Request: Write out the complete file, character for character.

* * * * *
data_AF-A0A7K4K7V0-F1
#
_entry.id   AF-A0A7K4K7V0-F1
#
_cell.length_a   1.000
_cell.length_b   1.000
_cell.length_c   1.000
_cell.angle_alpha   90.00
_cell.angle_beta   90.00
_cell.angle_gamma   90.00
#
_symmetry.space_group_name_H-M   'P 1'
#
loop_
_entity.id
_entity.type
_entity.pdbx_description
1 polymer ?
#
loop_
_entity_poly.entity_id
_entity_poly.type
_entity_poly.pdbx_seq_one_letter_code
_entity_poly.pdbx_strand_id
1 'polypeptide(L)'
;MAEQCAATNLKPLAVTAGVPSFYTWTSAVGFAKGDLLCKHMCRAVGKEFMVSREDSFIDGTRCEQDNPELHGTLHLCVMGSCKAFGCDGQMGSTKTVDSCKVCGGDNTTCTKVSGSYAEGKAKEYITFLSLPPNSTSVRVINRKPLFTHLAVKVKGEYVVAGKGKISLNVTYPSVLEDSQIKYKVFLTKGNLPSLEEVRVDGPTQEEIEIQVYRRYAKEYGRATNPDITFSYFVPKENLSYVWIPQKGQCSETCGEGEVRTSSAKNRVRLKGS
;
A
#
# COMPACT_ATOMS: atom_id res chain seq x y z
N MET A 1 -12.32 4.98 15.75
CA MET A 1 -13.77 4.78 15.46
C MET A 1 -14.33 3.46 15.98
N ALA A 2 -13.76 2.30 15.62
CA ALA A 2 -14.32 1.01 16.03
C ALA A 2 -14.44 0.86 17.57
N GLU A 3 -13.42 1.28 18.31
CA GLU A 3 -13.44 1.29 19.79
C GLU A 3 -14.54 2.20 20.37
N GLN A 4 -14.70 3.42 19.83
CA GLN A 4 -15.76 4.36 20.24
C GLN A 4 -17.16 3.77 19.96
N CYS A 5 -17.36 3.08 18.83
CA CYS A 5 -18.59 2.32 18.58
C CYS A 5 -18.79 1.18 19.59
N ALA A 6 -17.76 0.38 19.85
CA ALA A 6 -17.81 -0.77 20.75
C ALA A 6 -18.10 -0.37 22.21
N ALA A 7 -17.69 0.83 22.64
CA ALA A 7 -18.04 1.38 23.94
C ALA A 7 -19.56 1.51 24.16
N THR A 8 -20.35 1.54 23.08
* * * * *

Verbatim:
data_AF-A0A7K4K7V0-F1
#
_entry.id   AF-A0A7K4K7V0-F1
#
_cell.length_a   1.000
_cell.length_b   1.000
_cell.length_c   1.000
_cell.angle_alpha   90.00
_cell.angle_beta   90.00
_cell.angle_gamma   90.00
#
_symmetry.space_group_name_H-M   'P 1'
#
loop_
_entity.id
_entity.type
_entity.pdbx_description
1 polymer ?
#
loop_
_entity_poly.entity_id
_entity_poly.type
_entity_poly.pdbx_seq_one_letter_code
_entity_poly.pdbx_strand_id
1 'polypeptide(L)'
;MAEQCAATNLKPLAVTAGVPSFYTWTSAVGFAKGDLLCKHMCRAVGKEFMVSREDSFIDGTRCEQDNPELHGTLHLCVMGSCKAFGCDGQMGSTKTVDSCKVCGGDNTTCTKVSGSYAEGKAKEYITFLSLPPNSTSVRVINRKPLFTHLAVKVKGEYVVAGKGKISLNVTYPSVLEDSQIKYKVFLTKGNLPSLEEVRVDGPTQEEIEIQVYRRYAKEYGRATNPDITFSYFVPKENLSYVWIPQKGQCSETCGEGEVRTSSAKNRVRLKGS
;
A
#
# COMPACT_ATOMS: atom_id res chain seq x y z
N MET A 1 -12.32 4.98 15.75
CA MET A 1 -13.77 4.78 15.46
C MET A 1 -14.33 3.46 15.98
N ALA A 2 -13.76 2.30 15.62
CA ALA A 2 -14.32 1.01 16.03
C ALA A 2 -14.44 0.86 17.57
N GLU A 3 -13.42 1.28 18.31
CA GLU A 3 -13.44 1.29 19.79
C GLU A 3 -14.54 2.20 20.37
N GLN A 4 -14.70 3.42 19.83
CA GLN A 4 -15.76 4.36 20.24
C GLN A 4 -17.16 3.77 19.96
N CYS A 5 -17.36 3.08 18.83
CA CYS A 5 -18.59 2.32 18.58
C CYS A 5 -18.79 1.18 19.59
N ALA A 6 -17.76 0.38 19.85
CA ALA A 6 -17.81 -0.77 20.75
C ALA A 6 -18.10 -0.37 22.21
N ALA A 7 -17.69 0.83 22.64
CA ALA A 7 -18.04 1.38 23.94
C ALA A 7 -19.56 1.51 24.16
N THR A 8 -20.35 1.54 23.08